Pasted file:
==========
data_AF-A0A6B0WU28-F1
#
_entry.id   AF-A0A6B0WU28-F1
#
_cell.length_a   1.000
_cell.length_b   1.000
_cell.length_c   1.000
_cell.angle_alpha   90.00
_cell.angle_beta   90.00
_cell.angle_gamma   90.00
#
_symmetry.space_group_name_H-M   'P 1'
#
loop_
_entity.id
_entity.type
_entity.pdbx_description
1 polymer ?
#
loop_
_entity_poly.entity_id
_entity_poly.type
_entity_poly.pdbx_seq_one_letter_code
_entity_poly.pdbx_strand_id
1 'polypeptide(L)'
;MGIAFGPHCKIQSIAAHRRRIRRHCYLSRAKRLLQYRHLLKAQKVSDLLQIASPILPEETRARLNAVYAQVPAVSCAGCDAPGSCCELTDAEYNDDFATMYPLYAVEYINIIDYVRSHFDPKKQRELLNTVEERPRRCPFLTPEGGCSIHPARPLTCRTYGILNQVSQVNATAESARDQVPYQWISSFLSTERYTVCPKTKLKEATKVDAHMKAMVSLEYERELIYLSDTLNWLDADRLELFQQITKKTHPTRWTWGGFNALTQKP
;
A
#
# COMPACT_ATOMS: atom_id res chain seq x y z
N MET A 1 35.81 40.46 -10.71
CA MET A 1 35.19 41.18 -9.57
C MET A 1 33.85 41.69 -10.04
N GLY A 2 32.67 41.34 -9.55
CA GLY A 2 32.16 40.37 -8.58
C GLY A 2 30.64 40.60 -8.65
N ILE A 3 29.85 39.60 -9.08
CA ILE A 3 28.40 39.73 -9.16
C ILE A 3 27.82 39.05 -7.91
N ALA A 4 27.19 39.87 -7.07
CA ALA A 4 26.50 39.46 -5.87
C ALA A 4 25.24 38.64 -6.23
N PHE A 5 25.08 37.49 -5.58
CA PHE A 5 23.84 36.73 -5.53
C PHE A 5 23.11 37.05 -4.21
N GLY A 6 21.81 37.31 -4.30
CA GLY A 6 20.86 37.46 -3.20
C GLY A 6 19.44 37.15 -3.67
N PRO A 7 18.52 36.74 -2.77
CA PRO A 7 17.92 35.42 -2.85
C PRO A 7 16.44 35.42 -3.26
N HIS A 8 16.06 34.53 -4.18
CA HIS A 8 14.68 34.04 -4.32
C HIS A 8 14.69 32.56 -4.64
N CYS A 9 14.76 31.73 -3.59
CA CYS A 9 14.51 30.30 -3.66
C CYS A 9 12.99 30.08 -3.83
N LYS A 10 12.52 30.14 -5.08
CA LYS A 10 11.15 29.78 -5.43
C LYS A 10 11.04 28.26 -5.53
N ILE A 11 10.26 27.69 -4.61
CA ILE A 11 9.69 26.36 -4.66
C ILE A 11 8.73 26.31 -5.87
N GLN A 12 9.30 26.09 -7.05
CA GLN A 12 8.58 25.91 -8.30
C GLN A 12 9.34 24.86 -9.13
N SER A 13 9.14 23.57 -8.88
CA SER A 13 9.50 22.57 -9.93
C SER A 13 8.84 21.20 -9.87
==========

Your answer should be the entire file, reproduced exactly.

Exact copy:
data_AF-A0A6B0WU28-F1
#
_entry.id   AF-A0A6B0WU28-F1
#
_cell.length_a   1.000
_cell.length_b   1.000
_cell.length_c   1.000
_cell.angle_alpha   90.00
_cell.angle_beta   90.00
_cell.angle_gamma   90.00
#
_symmetry.space_group_name_H-M   'P 1'
#
loop_
_entity.id
_entity.type
_entity.pdbx_description
1 polymer ?
#
loop_
_entity_poly.entity_id
_entity_poly.type
_entity_poly.pdbx_seq_one_letter_code
_entity_poly.pdbx_strand_id
1 'polypeptide(L)'
;MGIAFGPHCKIQSIAAHRRRIRRHCYLSRAKRLLQYRHLLKAQKVSDLLQIASPILPEETRARLNAVYAQVPAVSCAGCDAPGSCCELTDAEYNDDFATMYPLYAVEYINIIDYVRSHFDPKKQRELLNTVEERPRRCPFLTPEGGCSIHPARPLTCRTYGILNQVSQVNATAESARDQVPYQWISSFLSTERYTVCPKTKLKEATKVDAHMKAMVSLEYERELIYLSDTLNWLDADRLELFQQITKKTHPTRWTWGGFNALTQKP
;
A
#
# COMPACT_ATOMS: atom_id res chain seq x y z
N MET A 1 35.81 40.46 -10.71
CA MET A 1 35.19 41.18 -9.57
C MET A 1 33.85 41.69 -10.04
N GLY A 2 32.67 41.34 -9.55
CA GLY A 2 32.16 40.37 -8.58
C GLY A 2 30.64 40.60 -8.65
N ILE A 3 29.85 39.60 -9.08
CA ILE A 3 28.40 39.73 -9.16
C ILE A 3 27.82 39.05 -7.91
N ALA A 4 27.19 39.87 -7.07
CA ALA A 4 26.50 39.46 -5.87
C ALA A 4 25.24 38.64 -6.23
N PHE A 5 25.08 37.49 -5.58
CA PHE A 5 23.84 36.73 -5.53
C PHE A 5 23.11 37.05 -4.21
N GLY A 6 21.81 37.31 -4.30
CA GLY A 6 20.86 37.46 -3.20
C GLY A 6 19.44 37.15 -3.67
N PRO A 7 18.52 36.74 -2.77
CA PRO A 7 17.92 35.42 -2.85
C PRO A 7 16.44 35.42 -3.26
N HIS A 8 16.06 34.53 -4.18
CA HIS A 8 14.68 34.04 -4.32
C HIS A 8 14.69 32.56 -4.64
N CYS A 9 14.76 31.73 -3.59
CA CYS A 9 14.51 30.30 -3.66
C CYS A 9 12.99 30.08 -3.83
N LYS A 10 12.52 30.14 -5.08
CA LYS A 10 11.15 29.78 -5.43
C LYS A 10 11.04 28.26 -5.53
N ILE A 11 10.26 27.69 -4.61
CA ILE A 11 9.69 26.36 -4.66
C ILE A 11 8.73 26.31 -5.87
N GLN A 12 9.30 26.09 -7.05
CA GLN A 12 8.58 25.91 -8.30
C GLN A 12 9.34 24.86 -9.13
N SER A 13 9.14 23.57 -8.88
CA SER A 13 9.50 22.57 -9.93
C SER A 13 8.84 21.20 -9.87